What’s with all the hand-wringing and brow-furrowing over why Scott McClellan turned on his former commander-in-chief? At the White House, they are saying they just don’t get it — how could he? who is he? According to McClellan himself, it’s all about “loyalty to the truth.”
It may be fun to ponder the deep muddy backwaters of the human psyche, but this one seems simple. By my reading, it’s the money. And lot$ of it. With his shark attack on the President, McClellan is right now making a great big fat bundle of money. He has a number one best-selling book, he’s going to be hot on TV shows from now until November… or at least until the next ex-insider takes a cue and cashes in. And imagine the movie rights. McClellan is quite likely making lots and lots more money with this political bodice ripper than if he had turned to anything else in his post-White House life except maybe a priesthood in the Al Gore Church of Carbon Offsets –and I doubt Gore was offering. (Though over at the American Thinker, there’s an interesting item noting McClellan’s newfound proximity to the ecosphere of tycoon George Soros).
We live in an age in which everything is supposed to be more subtle and complex than it seems, and maybe sometimes it is (see post below on how Kim Jong Il forever bilks America). But in this case, if you want clarity, skip the talk shows and dig up Daniel Defoe’s classic, Moll Flanders, published in 1722, the confessions of a woman who “during a Life of continu’d Variety” was “Twelve Year a Whore, five times a Wife (whereof once to her own Brother), Twelve Year a Thief, Eight Year a Transported Felon in Virginia, at last grew Rich, liv’d Honest, and dies a Penitent.” Moll could explain McClellan’s book. It was the money.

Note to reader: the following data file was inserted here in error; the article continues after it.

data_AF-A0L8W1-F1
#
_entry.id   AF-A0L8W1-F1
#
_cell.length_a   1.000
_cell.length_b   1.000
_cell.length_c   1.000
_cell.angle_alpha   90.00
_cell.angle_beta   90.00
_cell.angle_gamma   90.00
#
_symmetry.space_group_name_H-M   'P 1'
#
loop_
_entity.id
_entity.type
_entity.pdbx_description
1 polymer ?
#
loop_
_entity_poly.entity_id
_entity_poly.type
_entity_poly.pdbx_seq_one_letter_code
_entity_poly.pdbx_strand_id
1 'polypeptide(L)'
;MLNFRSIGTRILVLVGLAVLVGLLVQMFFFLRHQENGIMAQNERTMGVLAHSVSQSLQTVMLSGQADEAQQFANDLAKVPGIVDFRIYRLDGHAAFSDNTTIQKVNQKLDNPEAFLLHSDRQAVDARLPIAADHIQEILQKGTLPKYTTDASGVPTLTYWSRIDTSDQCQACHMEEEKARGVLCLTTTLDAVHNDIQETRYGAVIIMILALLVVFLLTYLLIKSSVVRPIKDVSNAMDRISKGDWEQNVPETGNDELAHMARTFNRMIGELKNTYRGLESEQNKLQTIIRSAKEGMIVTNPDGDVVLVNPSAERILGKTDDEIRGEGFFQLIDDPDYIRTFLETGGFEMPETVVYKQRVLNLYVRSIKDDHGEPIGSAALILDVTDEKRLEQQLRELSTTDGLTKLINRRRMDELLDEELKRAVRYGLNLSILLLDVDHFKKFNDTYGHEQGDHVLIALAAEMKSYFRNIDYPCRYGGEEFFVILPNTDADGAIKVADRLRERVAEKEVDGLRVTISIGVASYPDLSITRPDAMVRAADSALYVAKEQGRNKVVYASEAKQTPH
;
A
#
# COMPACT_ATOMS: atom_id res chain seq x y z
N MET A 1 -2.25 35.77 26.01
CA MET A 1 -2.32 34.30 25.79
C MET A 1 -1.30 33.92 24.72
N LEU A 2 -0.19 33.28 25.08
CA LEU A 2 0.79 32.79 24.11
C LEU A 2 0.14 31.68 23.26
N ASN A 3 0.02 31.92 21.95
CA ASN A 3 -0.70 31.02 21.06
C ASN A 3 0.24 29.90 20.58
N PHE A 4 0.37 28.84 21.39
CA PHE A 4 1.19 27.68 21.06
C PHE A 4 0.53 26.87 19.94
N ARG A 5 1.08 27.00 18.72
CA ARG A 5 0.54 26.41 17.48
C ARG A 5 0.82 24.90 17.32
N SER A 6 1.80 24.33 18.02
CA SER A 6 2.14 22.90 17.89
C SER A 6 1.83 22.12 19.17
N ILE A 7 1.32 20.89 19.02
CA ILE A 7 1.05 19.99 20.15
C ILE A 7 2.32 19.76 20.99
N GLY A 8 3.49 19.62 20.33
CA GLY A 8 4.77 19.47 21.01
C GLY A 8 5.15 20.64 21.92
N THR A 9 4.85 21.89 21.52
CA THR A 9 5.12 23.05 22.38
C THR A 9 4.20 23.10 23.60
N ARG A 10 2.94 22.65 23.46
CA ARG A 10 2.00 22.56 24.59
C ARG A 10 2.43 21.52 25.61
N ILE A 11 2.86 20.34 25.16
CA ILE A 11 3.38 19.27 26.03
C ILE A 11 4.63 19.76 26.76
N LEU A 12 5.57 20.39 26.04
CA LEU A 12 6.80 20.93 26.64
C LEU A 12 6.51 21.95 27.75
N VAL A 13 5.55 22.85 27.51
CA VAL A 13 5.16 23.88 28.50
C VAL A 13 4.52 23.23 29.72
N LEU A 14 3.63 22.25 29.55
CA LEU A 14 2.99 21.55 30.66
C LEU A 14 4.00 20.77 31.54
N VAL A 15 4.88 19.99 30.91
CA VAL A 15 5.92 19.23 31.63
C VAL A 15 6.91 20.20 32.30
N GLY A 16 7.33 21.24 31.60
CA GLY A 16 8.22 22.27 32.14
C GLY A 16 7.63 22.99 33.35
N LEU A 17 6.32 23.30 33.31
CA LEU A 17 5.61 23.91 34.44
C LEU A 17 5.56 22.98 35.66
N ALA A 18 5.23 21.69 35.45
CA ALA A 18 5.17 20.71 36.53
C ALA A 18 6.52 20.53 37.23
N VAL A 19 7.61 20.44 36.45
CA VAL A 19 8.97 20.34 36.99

Whatever sense of principle or outraged betrayal or post-podium epiphany McClellan now seeks to convey on TV, he doesn’t sound like someone speaking with conviction about any of it. Here’s a link to his interview with ABC’s Martha Raddatz, transcribed under the headline “McClellan: I Became What I Wanted to Change” (you can say that again). ABC did us the favor of transcribing every syllable that dropped from McClellan’s lips, even the “uhs.” This is a man whose claim to fame is that for a short while he made a living as spokesman for the President of the United States. But suddenly –giving us one more reason to wonder why Bush ever had the appalling judgment to hire him in the first place — he’s having trouble saying anything at all. In this interview — if my count is accurate — along with many an “um,” McClellan says “uh” about 149 times. Try that. It’s not easy. And it’s not, uh, that, uh, interesting to, uh, wade through this, uh, interview, and my count of 149 may, uh, be off by an “uh” or two. But again, by my reading, this isn’t about the, uh, principle. It’s about the money.